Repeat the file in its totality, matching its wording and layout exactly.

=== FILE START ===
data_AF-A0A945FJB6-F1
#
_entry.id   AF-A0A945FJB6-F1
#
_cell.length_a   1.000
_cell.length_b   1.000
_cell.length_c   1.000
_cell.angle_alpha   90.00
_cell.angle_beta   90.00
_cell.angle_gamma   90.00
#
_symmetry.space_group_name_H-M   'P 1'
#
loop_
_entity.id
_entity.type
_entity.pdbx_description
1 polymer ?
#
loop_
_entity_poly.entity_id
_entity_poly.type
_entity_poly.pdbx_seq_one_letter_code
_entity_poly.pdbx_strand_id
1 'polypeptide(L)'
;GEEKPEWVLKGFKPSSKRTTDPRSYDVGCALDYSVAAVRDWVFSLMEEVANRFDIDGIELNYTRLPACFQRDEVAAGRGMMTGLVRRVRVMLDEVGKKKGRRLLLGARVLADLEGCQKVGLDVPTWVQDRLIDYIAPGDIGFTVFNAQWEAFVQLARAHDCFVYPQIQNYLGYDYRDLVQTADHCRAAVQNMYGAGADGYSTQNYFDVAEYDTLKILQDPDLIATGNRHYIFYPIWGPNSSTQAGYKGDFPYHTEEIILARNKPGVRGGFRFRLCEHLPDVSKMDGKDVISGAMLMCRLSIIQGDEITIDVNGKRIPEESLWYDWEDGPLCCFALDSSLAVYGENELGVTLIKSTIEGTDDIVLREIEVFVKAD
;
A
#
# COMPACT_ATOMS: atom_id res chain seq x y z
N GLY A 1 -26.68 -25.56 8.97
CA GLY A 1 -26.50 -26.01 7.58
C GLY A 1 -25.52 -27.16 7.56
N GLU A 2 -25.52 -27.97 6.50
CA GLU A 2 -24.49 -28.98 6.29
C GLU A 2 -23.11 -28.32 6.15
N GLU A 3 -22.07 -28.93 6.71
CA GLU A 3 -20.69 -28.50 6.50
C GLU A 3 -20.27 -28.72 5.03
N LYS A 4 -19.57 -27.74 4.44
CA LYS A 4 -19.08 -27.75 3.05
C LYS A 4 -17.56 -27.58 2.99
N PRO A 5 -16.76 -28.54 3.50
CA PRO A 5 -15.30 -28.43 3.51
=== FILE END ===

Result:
data_AF-A0A945FJB6-F1
#
_entry.id   AF-A0A945FJB6-F1
#
_cell.length_a   1.000
_cell.length_b   1.000
_cell.length_c   1.000
_cell.angle_alpha   90.00
_cell.angle_beta   90.00
_cell.angle_gamma   90.00
#
_symmetry.space_group_name_H-M   'P 1'
#
loop_
_entity.id
_entity.type
_entity.pdbx_description
1 polymer ?
#
loop_
_entity_poly.entity_id
_entity_poly.type
_entity_poly.pdbx_seq_one_letter_code
_entity_poly.pdbx_strand_id
1 'polypeptide(L)'
;GEEKPEWVLKGFKPSSKRTTDPRSYDVGCALDYSVAAVRDWVFSLMEEVANRFDIDGIELNYTRLPACFQRDEVAAGRGMMTGLVRRVRVMLDEVGKKKGRRLLLGARVLADLEGCQKVGLDVPTWVQDRLIDYIAPGDIGFTVFNAQWEAFVQLARAHDCFVYPQIQNYLGYDYRDLVQTADHCRAAVQNMYGAGADGYSTQNYFDVAEYDTLKILQDPDLIATGNRHYIFYPIWGPNSSTQAGYKGDFPYHTEEIILARNKPGVRGGFRFRLCEHLPDVSKMDGKDVISGAMLMCRLSIIQGDEITIDVNGKRIPEESLWYDWEDGPLCCFALDSSLAVYGENELGVTLIKSTIEGTDDIVLREIEVFVKAD
;
A
#
# COMPACT_ATOMS: atom_id res chain seq x y z
N GLY A 1 -26.68 -25.56 8.97
CA GLY A 1 -26.50 -26.01 7.58
C GLY A 1 -25.52 -27.16 7.56
N GLU A 2 -25.52 -27.97 6.50
CA GLU A 2 -24.49 -28.98 6.29
C GLU A 2 -23.11 -28.32 6.15
N GLU A 3 -22.07 -28.93 6.71
CA GLU A 3 -20.69 -28.50 6.50
C GLU A 3 -20.27 -28.72 5.03
N LYS A 4 -19.57 -27.74 4.44
CA LYS A 4 -19.08 -27.75 3.05
C LYS A 4 -17.56 -27.58 2.99
N PRO A 5 -16.76 -28.54 3.50
CA PRO A 5 -15.30 -28.43 3.51